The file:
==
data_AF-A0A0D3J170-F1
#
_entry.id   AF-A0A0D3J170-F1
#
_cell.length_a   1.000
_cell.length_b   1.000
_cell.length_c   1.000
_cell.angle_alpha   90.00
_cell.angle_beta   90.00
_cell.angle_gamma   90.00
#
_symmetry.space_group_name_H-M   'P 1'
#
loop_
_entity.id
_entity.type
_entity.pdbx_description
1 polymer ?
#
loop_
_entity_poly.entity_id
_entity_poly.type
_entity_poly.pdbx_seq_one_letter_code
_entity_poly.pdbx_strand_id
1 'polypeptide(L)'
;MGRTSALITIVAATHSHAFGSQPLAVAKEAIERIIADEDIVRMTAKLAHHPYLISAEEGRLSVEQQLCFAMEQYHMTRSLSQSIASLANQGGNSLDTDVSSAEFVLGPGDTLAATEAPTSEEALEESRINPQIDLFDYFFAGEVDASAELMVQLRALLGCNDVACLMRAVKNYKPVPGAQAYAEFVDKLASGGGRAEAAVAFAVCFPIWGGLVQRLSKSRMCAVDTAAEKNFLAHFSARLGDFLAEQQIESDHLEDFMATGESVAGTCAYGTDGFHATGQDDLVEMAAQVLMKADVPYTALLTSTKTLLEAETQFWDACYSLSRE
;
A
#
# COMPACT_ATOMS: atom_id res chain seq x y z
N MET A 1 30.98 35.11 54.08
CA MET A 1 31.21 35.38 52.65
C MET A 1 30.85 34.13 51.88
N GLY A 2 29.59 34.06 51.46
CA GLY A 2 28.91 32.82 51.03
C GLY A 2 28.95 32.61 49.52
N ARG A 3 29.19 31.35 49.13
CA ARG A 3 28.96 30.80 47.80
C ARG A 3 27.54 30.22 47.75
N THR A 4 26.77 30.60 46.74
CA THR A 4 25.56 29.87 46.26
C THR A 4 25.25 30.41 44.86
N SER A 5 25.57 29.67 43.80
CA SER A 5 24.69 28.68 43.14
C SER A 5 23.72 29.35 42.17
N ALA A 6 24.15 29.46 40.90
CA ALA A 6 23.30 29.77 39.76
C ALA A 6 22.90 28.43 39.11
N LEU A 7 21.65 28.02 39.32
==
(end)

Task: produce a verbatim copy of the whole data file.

data_AF-A0A0D3J170-F1
#
_entry.id   AF-A0A0D3J170-F1
#
_cell.length_a   1.000
_cell.length_b   1.000
_cell.length_c   1.000
_cell.angle_alpha   90.00
_cell.angle_beta   90.00
_cell.angle_gamma   90.00
#
_symmetry.space_group_name_H-M   'P 1'
#
loop_
_entity.id
_entity.type
_entity.pdbx_description
1 polymer ?
#
loop_
_entity_poly.entity_id
_entity_poly.type
_entity_poly.pdbx_seq_one_letter_code
_entity_poly.pdbx_strand_id
1 'polypeptide(L)'
;MGRTSALITIVAATHSHAFGSQPLAVAKEAIERIIADEDIVRMTAKLAHHPYLISAEEGRLSVEQQLCFAMEQYHMTRSLSQSIASLANQGGNSLDTDVSSAEFVLGPGDTLAATEAPTSEEALEESRINPQIDLFDYFFAGEVDASAELMVQLRALLGCNDVACLMRAVKNYKPVPGAQAYAEFVDKLASGGGRAEAAVAFAVCFPIWGGLVQRLSKSRMCAVDTAAEKNFLAHFSARLGDFLAEQQIESDHLEDFMATGESVAGTCAYGTDGFHATGQDDLVEMAAQVLMKADVPYTALLTSTKTLLEAETQFWDACYSLSRE
;
A
#
# COMPACT_ATOMS: atom_id res chain seq x y z
N MET A 1 30.98 35.11 54.08
CA MET A 1 31.21 35.38 52.65
C MET A 1 30.85 34.13 51.88
N GLY A 2 29.59 34.06 51.46
CA GLY A 2 28.91 32.82 51.03
C GLY A 2 28.95 32.61 49.52
N ARG A 3 29.19 31.35 49.13
CA ARG A 3 28.96 30.80 47.80
C ARG A 3 27.54 30.22 47.75
N THR A 4 26.77 30.60 46.74
CA THR A 4 25.56 29.87 46.26
C THR A 4 25.25 30.41 44.86
N SER A 5 25.57 29.67 43.80
CA SER A 5 24.69 28.68 43.14
C SER A 5 23.72 29.35 42.17
N ALA A 6 24.15 29.46 40.90
CA ALA A 6 23.30 29.77 39.76
C ALA A 6 22.90 28.43 39.11
N LEU A 7 21.65 28.02 39.32